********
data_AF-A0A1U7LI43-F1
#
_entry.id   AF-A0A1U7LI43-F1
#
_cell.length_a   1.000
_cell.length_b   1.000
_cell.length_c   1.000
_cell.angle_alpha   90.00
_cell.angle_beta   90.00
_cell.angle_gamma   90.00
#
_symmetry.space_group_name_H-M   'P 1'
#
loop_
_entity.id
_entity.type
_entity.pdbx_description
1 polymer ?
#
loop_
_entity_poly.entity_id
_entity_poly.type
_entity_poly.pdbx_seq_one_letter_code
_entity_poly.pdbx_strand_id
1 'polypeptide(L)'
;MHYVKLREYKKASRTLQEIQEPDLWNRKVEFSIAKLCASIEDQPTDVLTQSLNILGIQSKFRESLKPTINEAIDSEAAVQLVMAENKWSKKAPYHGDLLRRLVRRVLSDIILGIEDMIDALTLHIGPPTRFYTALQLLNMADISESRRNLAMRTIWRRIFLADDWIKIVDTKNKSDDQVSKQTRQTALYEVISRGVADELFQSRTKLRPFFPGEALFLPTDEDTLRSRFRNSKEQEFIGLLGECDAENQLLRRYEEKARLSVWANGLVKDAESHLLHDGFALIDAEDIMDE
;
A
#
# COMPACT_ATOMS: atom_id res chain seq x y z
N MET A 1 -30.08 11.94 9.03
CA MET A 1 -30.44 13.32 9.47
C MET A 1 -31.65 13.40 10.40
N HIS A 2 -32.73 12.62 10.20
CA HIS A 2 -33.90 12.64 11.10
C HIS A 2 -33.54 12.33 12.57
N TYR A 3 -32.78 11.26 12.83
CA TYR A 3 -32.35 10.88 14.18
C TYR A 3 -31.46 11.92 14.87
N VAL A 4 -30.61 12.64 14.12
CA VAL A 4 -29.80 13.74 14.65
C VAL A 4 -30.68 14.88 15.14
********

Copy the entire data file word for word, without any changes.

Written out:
data_AF-A0A1U7LI43-F1
#
_entry.id   AF-A0A1U7LI43-F1
#
_cell.length_a   1.000
_cell.length_b   1.000
_cell.length_c   1.000
_cell.angle_alpha   90.00
_cell.angle_beta   90.00
_cell.angle_gamma   90.00
#
_symmetry.space_group_name_H-M   'P 1'
#
loop_
_entity.id
_entity.type
_entity.pdbx_description
1 polymer ?
#
loop_
_entity_poly.entity_id
_entity_poly.type
_entity_poly.pdbx_seq_one_letter_code
_entity_poly.pdbx_strand_id
1 'polypeptide(L)'
;MHYVKLREYKKASRTLQEIQEPDLWNRKVEFSIAKLCASIEDQPTDVLTQSLNILGIQSKFRESLKPTINEAIDSEAAVQLVMAENKWSKKAPYHGDLLRRLVRRVLSDIILGIEDMIDALTLHIGPPTRFYTALQLLNMADISESRRNLAMRTIWRRIFLADDWIKIVDTKNKSDDQVSKQTRQTALYEVISRGVADELFQSRTKLRPFFPGEALFLPTDEDTLRSRFRNSKEQEFIGLLGECDAENQLLRRYEEKARLSVWANGLVKDAESHLLHDGFALIDAEDIMDE
;
A
#
# COMPACT_ATOMS: atom_id res chain seq x y z
N MET A 1 -30.08 11.94 9.03
CA MET A 1 -30.44 13.32 9.47
C MET A 1 -31.65 13.40 10.40
N HIS A 2 -32.73 12.62 10.20
CA HIS A 2 -33.90 12.64 11.10
C HIS A 2 -33.54 12.33 12.57
N TYR A 3 -32.78 11.26 12.83
CA TYR A 3 -32.35 10.88 14.18
C TYR A 3 -31.46 11.92 14.87
N VAL A 4 -30.61 12.64 14.12
CA VAL A 4 -29.80 13.74 14.65
C VAL A 4 -30.68 14.88 15.14